The Telegraph
Friday , June 13 , 2014
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In football season, a boot fuss

Three pairs of police boots were placed in front of a high court judge on Thursday to determine if one was different from the other.

He couldn’t. Now Calcutta police need to explain why they rejected 1,350 pairs of ammunition boots provided by a private supplier for the use of personnel ranging from constables to sub-inspectors.

The police had alleged that the boots were substandard, to which the supplier responded by saying those were of the same quality as the samples approved by them before.

The judge couldn’t tell if the samples and the supplied boots were any different, and the police lawyer failed to explain the reason for the entire order being rejected. Justice Dipankar Datta then asked the police to file an affidavit and fixed the matter for hearing on July 3.

The case is based on a petition by manufacturer and supplier Azizul Hassan Siddiqui, challenging Lalbazar’s decision to reject 1,350 pairs of boots worth Rs 8,08,500. The police had given him the contract through Manjusha, run by the West Bengal Handicrafts Development Corporation.

“Manjusha collected sample boots from some of the boot makers and sent them to the police for approval. The police selected some of the sample boots and then Manjusha distributed the orders among different boot-manufacturing companies. On April 4, Siddiqui’s company received an order from Manjusha to supply 1,350 pairs to the inspectorate of the clothing department of Calcutta police,” his lawyer Suman Ghosh said.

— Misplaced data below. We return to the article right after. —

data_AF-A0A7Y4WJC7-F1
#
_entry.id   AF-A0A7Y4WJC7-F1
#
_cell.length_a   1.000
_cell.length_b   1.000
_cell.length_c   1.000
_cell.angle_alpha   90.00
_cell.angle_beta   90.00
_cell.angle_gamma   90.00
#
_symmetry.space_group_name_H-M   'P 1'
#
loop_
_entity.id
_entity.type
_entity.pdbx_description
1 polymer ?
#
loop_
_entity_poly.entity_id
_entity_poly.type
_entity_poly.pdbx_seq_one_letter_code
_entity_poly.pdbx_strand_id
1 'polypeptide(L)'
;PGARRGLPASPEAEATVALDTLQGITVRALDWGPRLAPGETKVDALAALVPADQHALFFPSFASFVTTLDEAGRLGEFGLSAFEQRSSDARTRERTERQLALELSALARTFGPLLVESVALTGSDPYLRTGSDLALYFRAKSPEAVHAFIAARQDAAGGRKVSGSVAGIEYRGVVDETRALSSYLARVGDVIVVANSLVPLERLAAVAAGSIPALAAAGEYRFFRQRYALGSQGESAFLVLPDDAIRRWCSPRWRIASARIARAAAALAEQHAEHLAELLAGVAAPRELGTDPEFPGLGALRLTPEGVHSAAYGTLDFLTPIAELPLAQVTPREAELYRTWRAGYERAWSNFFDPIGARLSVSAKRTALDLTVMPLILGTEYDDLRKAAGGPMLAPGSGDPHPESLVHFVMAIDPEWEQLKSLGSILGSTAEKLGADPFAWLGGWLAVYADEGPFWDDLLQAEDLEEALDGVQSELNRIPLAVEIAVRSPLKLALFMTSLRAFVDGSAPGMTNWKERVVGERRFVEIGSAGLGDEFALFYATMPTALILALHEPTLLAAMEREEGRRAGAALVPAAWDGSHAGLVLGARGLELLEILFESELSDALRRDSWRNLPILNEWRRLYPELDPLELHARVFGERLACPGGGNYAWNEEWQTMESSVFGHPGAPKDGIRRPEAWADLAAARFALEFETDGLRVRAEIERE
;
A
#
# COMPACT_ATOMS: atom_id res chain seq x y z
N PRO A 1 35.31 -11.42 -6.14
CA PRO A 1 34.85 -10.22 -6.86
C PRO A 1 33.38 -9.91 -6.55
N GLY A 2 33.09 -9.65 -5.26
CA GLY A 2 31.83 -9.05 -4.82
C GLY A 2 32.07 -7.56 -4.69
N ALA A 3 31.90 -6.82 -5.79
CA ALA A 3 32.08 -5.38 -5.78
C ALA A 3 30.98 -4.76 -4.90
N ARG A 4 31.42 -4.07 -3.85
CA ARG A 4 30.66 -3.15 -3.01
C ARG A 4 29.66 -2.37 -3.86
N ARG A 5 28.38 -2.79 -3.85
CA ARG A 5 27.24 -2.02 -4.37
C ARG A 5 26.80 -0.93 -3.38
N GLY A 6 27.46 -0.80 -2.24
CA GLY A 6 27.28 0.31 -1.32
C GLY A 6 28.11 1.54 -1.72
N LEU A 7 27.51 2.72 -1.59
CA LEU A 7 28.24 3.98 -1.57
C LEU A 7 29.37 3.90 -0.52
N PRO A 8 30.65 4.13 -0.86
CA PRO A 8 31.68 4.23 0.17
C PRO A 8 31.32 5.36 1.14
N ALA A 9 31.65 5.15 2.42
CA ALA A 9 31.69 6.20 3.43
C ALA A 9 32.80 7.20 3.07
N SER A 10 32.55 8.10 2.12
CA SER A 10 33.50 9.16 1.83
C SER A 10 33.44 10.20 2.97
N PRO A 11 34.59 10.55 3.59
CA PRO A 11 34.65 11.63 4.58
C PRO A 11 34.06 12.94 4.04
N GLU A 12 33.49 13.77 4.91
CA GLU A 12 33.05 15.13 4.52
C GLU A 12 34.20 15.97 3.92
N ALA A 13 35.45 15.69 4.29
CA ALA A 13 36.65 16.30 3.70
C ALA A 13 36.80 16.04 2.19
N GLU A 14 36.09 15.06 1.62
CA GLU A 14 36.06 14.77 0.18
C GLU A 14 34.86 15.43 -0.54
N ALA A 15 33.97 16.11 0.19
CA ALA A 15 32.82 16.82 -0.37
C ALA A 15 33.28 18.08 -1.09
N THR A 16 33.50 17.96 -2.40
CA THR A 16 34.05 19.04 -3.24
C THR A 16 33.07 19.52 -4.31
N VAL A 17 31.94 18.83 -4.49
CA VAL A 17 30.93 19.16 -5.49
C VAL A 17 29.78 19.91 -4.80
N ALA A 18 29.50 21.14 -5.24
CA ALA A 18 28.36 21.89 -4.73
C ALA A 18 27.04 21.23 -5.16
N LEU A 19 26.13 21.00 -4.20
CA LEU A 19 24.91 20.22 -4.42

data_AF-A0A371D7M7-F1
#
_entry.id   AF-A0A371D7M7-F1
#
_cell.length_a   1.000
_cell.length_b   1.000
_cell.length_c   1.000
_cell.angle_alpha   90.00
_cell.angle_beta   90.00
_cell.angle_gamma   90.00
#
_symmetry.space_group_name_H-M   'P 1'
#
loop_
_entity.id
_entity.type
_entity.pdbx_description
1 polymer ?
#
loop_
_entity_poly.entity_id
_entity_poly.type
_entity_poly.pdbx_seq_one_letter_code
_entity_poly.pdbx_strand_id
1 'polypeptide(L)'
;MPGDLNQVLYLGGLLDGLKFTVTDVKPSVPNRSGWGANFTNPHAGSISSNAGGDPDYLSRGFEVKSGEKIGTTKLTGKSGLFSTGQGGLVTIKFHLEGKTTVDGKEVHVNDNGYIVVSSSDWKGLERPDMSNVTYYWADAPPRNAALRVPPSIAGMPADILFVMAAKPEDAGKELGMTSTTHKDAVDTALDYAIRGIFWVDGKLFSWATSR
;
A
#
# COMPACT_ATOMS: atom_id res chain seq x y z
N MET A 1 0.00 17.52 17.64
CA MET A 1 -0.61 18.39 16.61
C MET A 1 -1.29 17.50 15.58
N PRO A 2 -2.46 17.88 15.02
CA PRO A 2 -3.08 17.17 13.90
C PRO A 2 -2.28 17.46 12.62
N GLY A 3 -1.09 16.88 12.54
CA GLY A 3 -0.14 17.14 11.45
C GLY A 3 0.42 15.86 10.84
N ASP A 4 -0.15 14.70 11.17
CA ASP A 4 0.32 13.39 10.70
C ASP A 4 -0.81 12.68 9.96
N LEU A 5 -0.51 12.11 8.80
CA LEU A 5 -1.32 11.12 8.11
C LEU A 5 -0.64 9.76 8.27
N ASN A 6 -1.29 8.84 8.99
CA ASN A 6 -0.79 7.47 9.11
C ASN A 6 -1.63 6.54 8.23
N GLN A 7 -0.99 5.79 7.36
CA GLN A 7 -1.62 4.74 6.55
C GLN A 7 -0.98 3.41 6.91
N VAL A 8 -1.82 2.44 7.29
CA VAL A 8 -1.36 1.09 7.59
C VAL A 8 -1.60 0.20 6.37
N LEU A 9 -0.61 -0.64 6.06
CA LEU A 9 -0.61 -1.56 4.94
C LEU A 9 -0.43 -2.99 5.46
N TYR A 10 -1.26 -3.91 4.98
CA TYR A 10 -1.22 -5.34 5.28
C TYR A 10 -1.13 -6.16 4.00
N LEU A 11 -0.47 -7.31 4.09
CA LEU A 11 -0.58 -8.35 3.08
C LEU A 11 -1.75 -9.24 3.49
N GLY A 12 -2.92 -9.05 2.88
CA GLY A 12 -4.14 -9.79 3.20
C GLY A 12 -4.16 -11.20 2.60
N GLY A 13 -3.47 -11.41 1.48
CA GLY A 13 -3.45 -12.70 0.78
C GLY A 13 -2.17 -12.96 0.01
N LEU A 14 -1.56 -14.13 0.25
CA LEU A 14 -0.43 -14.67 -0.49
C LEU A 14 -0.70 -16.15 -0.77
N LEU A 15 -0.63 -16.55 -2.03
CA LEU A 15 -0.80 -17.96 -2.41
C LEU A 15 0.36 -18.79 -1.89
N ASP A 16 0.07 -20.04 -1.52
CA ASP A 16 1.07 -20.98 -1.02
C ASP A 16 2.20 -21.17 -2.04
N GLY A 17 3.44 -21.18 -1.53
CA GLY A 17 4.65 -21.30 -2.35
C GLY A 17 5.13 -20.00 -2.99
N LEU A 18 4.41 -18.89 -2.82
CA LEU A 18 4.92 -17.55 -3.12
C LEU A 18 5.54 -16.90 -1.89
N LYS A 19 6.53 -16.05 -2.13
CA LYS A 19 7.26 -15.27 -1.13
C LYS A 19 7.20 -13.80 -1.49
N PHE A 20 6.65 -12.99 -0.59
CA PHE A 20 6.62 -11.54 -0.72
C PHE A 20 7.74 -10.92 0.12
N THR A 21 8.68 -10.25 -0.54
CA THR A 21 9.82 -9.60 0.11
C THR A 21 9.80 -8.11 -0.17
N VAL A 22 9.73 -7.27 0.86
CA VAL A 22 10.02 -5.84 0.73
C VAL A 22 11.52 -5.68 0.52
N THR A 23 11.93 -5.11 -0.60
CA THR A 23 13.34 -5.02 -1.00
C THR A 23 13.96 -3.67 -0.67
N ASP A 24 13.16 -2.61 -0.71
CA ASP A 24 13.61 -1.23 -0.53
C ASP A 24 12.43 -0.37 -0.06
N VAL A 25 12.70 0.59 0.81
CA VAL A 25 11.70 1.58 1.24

Ghosh said that the boots were tested and quality-certified by the National Test House and samples were again sent to the police before delivery.

Joint commissioner (administration) Mehboob Rahman, who supervises procurements, could not be contacted despite several attempts to reach him over phone.

Justice Datta had volunteered to examine the shoes himself when trader Siddiqui moved court earlier this month. Three pairs — the first submitted by the police, the second by Manjusha and the third by Siddiqui — were displayed.

Not only the judge , even the police’s counsel couldn’t tell one pair of boots from the other. “I am not the best person for the job,” lawyer Saikat Chatterjee said.

Senior lawyers could not recall another instance of shoes being lined up before a judge in a courtroom to determine their quality, though this isn’t the first instance of a shoemaker arguing his case in court.

According to high court records, Rabindranath Tagore had once moved court against a trader after he failed to supply the shoes of his choice.